Public statements by the astronauts themselves indicate that NASA’s current plan is to cross-train all four on both spacecraft to start, then eventually assign them to one craft or the other later on. This would be in keeping with NASA’s historic modus operandi of specialization of crew roles that formed in the days of Apollo and continued through the Shuttle era.
Interestingly, people are already referring to these men and women as “the Dragon Four” or “the Commercial Four” (I guess “CST-100” just doesn’t roll off the tongue as well), drawing comparisons to the original Mercury 7, America’s first astronauts. Upon reflection, the comparison is quite apt. Space, by definition, is a realm of “firsts”–first to walk on the moon, first to perform a spacewalk, heck, Williams is the first to run the Boston Marathon while in orbit! For all you know when you’re out in the Black, the most seemingly insignificant of acts could be a “first,” like “first to scratch one’s nose while reading email in space.” That’s what’s so wonderful about space, though: no matter how many folk we send to live out there and colonize it, each of them is entitled to a a degree of glory.
Even then, it is among the rarest, most momentous of occasions in the history of space exploration to be the first to fly a brand new class of vessel–which is exactly what the Dragon and CST-100 represent. Even more exciting is the prospect that ordinary people from the general public are picking up on this without having to be told or have it explained to them.
This announcement marks an important milestone in Take Back the Sky’s campaign to have the first manned Dragon named after Serenity, from the cult sci-fi Firefly franchise. NASA’s typical routine has always been to select and announce the crew of a mission roughly one year ahead of when they anticipate it will actually lift off the pad in order to give them time to train and rehearse. This means that we’re now entering the final phase before the engines ignite, and our remaining time to write letters and collect petition signatures is definitely limited.
In the cult favorite sci-fi-western series Firefly, the crew seek freedom and fortune among the stars aboard a craft that, we’re told, is classified as a Class III Firefly medium transport. Now, details have been announced by Space Exploration Technologies that will tell us at long last just what kind of ship her real-life counterpart will be. Continue Reading
On January 7, Duncan Law-Green made our New Year very shiny when he tweeted us to let us know about a post on rocketeers.co.uk dated April 9, 2013. The topic was a fascinating piece of fan art done by artist Federico Melillo showing a fictional commercial spaceliner named Serenity atop one of SpaceX’s Falcon Heavy Reusable rockets at Armstrong Field in Brownsville, Texas, waiting to be launched into the black on her maiden voyage. The artwork, which is titled “Serenity: Vehicle is in Startup,” was a commissioned piece, though the site did not say exactly who was responsible for its concept.
Although the fictional Serenity in Melillo’s artwork is a commercial spaceliner instead of a Dragon capsule, the fact remains that it demonstrates once again that there are individuals all around the world who want to see a manned spacecraft named after Joss Whedon’s fictional Firefly class transport ship. It is also interesting to note that, like those of us here at Take Back the Sky, the individual who commissioned the piece believes that it is SpaceX who will honor Mr. Whedon and Firefly in this way. As Mr. Law-Green said in his tweet: “Great minds think alike. :)” What remains, however, is the task of mobilizing great minds who think as one to act as one as well, in order to make the dream of a manned commercial spaceship named Serenity a reality.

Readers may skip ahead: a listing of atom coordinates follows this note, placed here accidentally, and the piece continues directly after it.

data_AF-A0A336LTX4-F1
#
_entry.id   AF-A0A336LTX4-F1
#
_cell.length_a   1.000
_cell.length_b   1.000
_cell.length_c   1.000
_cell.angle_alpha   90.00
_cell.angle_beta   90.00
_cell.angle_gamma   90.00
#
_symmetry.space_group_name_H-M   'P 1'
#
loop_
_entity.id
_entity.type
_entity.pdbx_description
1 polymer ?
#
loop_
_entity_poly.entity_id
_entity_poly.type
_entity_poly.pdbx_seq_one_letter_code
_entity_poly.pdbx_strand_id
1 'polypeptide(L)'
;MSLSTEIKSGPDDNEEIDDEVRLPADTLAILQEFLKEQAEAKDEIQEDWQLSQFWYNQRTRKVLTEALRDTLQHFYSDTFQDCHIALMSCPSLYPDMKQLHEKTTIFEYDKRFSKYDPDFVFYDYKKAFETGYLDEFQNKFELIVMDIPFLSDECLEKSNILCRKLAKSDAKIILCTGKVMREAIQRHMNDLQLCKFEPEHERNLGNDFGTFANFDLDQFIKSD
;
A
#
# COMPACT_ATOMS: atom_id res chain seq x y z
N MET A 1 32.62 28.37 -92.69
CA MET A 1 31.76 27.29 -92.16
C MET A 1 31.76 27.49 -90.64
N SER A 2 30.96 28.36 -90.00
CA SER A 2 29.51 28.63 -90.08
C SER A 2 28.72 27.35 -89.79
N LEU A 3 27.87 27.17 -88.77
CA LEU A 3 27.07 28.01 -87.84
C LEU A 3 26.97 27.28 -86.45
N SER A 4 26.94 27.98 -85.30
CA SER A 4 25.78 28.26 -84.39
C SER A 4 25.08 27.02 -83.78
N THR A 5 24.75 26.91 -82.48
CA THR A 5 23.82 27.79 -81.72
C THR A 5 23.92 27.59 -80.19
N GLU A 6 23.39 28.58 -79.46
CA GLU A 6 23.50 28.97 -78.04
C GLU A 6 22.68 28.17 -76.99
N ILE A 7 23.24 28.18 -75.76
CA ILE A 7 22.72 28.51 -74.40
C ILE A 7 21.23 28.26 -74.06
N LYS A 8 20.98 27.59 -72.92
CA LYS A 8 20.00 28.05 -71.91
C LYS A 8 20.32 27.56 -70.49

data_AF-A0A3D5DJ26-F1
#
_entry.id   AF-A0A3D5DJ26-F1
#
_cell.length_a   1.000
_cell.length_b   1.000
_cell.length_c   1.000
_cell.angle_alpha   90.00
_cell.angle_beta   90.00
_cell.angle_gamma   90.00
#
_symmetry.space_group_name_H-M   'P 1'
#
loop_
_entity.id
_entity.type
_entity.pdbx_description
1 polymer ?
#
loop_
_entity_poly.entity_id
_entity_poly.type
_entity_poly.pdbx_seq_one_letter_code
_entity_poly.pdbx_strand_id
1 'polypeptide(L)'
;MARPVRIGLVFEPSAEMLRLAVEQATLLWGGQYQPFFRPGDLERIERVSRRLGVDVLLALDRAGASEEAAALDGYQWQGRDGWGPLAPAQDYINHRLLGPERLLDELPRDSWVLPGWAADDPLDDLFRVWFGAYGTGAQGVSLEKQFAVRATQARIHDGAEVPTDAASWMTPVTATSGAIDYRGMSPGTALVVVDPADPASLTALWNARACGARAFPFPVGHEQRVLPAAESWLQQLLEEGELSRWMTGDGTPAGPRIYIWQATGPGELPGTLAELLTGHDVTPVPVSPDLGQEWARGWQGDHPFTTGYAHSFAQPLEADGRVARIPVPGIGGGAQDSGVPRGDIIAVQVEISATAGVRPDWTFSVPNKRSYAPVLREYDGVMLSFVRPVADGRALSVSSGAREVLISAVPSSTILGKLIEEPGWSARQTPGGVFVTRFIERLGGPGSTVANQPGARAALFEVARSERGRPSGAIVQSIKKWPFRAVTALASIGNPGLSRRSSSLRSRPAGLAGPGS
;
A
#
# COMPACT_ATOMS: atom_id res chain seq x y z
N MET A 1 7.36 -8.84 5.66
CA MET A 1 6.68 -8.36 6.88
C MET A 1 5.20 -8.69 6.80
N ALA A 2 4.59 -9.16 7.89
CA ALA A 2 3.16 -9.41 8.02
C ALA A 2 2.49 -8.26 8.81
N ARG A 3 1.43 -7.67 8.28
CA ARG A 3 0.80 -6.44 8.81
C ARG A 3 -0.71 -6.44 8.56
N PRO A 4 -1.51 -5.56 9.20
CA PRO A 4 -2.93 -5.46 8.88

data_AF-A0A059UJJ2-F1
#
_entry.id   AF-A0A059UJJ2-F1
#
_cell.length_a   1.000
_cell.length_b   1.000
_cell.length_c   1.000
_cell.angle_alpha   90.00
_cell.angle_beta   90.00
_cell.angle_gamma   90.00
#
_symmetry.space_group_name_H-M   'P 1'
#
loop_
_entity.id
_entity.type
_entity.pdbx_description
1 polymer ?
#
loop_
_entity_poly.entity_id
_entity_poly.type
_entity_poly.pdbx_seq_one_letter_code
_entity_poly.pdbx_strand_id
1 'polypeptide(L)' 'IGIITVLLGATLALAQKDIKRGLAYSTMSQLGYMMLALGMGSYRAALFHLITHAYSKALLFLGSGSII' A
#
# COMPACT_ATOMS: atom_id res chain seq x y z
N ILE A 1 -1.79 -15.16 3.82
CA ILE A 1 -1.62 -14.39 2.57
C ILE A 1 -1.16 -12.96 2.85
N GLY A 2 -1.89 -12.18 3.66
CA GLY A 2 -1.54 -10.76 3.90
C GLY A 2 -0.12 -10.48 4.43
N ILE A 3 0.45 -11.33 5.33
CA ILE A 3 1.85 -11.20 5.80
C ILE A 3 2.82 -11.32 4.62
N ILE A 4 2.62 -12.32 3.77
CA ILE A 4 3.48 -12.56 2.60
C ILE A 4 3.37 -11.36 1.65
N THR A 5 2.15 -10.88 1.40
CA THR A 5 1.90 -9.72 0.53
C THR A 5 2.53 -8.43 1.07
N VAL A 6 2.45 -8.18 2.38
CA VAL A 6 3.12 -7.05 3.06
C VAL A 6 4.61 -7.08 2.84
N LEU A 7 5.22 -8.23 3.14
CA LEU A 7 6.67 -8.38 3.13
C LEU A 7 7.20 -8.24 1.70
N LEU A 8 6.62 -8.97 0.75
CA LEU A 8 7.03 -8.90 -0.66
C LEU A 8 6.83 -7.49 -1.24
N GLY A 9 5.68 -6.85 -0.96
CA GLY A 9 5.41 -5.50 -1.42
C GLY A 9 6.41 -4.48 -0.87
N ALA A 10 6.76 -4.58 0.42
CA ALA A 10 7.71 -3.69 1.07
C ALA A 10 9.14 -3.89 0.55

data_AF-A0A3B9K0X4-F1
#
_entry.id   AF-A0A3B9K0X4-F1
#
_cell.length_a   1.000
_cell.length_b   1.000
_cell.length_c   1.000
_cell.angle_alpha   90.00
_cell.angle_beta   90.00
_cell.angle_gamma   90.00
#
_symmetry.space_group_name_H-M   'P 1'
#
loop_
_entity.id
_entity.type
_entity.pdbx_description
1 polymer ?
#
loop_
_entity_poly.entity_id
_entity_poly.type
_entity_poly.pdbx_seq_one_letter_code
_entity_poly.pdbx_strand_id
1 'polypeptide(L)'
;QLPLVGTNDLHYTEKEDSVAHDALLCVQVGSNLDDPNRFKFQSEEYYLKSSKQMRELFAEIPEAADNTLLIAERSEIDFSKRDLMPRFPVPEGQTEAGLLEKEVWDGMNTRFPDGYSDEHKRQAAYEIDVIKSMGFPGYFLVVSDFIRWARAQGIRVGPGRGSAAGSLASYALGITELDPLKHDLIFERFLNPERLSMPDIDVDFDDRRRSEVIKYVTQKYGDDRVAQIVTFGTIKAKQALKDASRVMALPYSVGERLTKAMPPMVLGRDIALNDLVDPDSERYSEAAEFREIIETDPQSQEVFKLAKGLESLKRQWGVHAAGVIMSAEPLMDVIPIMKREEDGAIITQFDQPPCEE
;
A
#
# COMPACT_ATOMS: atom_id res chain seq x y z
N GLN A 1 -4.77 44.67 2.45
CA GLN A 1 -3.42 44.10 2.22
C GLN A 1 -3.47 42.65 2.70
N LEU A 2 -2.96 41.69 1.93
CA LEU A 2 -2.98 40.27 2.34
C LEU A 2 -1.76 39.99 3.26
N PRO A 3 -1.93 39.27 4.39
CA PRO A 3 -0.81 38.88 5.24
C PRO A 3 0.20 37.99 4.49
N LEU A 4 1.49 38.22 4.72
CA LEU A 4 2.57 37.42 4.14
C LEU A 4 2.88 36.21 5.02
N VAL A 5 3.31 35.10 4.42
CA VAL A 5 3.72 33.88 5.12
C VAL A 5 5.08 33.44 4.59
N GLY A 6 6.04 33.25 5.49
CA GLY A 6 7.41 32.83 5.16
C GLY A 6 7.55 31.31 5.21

If you count yourself among the “great minds” who think as we do, but you still haven’t contacted SpaceX founder and CEO Elon Musk to let him know that you want to see the next manned US spaceflight be in a spaceship named Serenity, there’s no time like the present to make it one of your New Year’s resolutions. Sign our online petition, and then write Mr. Musk a good, old-fashioned, pen-and-paper letter to let him know that there’d be no better name in the ‘verse for his first manned Dragon than Serenity. Everything you need to do that is just a click away on our Take Action page. And once you’re done, you should be sure to tell your friends who are Browncoats and space enthusiasts that they should do the same, and let them know how.
With perseverance and a little luck, we may very well see a scene very much like the fantasy painted by Federico Melillo play out for real in just a few years’ time!
Geek Pittsburgh featured Take Back the Sky in the latest blog post on their website. We’re all manner of grateful to them for boosting our signal! (Click the link above to read on.)
We are pleased to announce that Take Back the Sky has been honored as “Geek of the Week” by allgeektome.net. You can read their very shiny article by clicking on the link above. Take Back the Sky would like to express our sincere thanks to All Geek to Me for this honor and for helping to boost our signal with their great account of our interview.